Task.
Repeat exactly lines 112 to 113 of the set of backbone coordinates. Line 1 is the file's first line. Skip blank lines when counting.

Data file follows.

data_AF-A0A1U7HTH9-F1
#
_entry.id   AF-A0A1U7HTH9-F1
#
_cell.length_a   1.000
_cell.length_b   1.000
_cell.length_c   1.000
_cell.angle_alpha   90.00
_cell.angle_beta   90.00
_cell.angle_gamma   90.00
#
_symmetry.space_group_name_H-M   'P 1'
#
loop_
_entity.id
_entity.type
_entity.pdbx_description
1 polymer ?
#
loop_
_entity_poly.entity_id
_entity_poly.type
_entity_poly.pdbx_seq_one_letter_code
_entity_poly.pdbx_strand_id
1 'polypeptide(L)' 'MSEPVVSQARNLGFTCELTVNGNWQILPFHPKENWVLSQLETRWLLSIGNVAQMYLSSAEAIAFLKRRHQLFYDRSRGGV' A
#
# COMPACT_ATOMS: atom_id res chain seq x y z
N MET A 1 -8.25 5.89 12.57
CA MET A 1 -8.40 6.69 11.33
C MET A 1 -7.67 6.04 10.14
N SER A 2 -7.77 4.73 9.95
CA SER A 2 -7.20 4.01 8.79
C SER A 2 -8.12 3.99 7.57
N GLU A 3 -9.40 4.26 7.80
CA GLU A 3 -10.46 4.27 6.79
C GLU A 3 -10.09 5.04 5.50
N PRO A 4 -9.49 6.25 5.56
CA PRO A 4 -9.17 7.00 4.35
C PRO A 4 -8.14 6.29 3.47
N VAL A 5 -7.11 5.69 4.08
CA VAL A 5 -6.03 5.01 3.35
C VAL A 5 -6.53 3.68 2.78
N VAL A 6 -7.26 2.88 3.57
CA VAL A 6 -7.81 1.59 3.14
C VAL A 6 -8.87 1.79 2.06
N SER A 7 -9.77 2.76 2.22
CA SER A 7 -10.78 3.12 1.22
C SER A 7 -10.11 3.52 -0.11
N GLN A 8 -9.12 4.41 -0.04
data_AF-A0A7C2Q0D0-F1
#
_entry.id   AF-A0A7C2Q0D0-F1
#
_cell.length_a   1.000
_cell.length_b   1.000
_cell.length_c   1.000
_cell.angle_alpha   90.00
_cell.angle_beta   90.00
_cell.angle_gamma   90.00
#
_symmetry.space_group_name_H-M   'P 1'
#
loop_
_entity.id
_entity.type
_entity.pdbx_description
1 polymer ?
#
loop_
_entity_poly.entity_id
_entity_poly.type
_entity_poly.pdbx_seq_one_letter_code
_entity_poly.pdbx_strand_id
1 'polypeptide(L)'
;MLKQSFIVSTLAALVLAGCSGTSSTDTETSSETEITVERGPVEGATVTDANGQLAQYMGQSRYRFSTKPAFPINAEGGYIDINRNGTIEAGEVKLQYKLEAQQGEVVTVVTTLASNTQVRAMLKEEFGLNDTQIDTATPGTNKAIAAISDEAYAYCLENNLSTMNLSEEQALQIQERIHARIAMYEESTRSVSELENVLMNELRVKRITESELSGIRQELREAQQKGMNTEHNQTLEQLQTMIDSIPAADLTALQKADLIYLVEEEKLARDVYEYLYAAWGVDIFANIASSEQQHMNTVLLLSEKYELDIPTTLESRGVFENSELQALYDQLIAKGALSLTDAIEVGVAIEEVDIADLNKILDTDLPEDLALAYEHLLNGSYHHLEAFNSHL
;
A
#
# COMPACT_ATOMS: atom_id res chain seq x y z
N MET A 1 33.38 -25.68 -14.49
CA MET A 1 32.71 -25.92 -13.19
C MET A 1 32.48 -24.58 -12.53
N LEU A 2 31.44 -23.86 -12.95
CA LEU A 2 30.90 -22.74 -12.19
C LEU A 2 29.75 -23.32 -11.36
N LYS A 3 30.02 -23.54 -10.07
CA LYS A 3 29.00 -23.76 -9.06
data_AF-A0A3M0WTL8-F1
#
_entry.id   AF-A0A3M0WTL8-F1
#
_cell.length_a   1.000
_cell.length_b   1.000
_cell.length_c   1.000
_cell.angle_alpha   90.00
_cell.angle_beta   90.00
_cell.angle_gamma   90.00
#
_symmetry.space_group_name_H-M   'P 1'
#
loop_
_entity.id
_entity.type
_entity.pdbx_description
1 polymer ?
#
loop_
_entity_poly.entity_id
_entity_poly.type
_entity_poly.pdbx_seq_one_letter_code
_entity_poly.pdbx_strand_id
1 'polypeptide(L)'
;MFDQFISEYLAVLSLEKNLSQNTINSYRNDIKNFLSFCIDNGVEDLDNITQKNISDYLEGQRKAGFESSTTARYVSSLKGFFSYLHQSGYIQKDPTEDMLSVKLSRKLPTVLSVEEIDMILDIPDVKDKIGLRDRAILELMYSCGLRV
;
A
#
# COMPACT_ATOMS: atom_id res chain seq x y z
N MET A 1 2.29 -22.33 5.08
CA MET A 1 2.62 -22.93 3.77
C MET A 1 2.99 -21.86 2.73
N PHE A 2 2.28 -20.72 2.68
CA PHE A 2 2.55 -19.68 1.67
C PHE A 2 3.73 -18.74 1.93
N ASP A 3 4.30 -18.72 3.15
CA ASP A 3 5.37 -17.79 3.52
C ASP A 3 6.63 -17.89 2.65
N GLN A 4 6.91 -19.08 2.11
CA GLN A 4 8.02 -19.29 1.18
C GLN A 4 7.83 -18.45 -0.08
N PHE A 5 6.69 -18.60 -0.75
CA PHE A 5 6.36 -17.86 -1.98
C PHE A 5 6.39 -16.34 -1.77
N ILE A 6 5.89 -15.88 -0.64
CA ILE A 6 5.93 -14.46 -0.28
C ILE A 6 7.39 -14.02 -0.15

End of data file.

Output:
1 'polypeptide(L)'
;MFDQFISEYLAVLSLEKNLSQNTINSYRNDIKNFLSFCIDNGVEDLDNITQKNISDYLEGQRKAGFESSTTARYVSSLKGFFSYLHQSGYIQKDPTEDMLSVKLSRKLPTVLSVEEIDMILDIPDVKDKIGLRDRAILELMYSCGLRV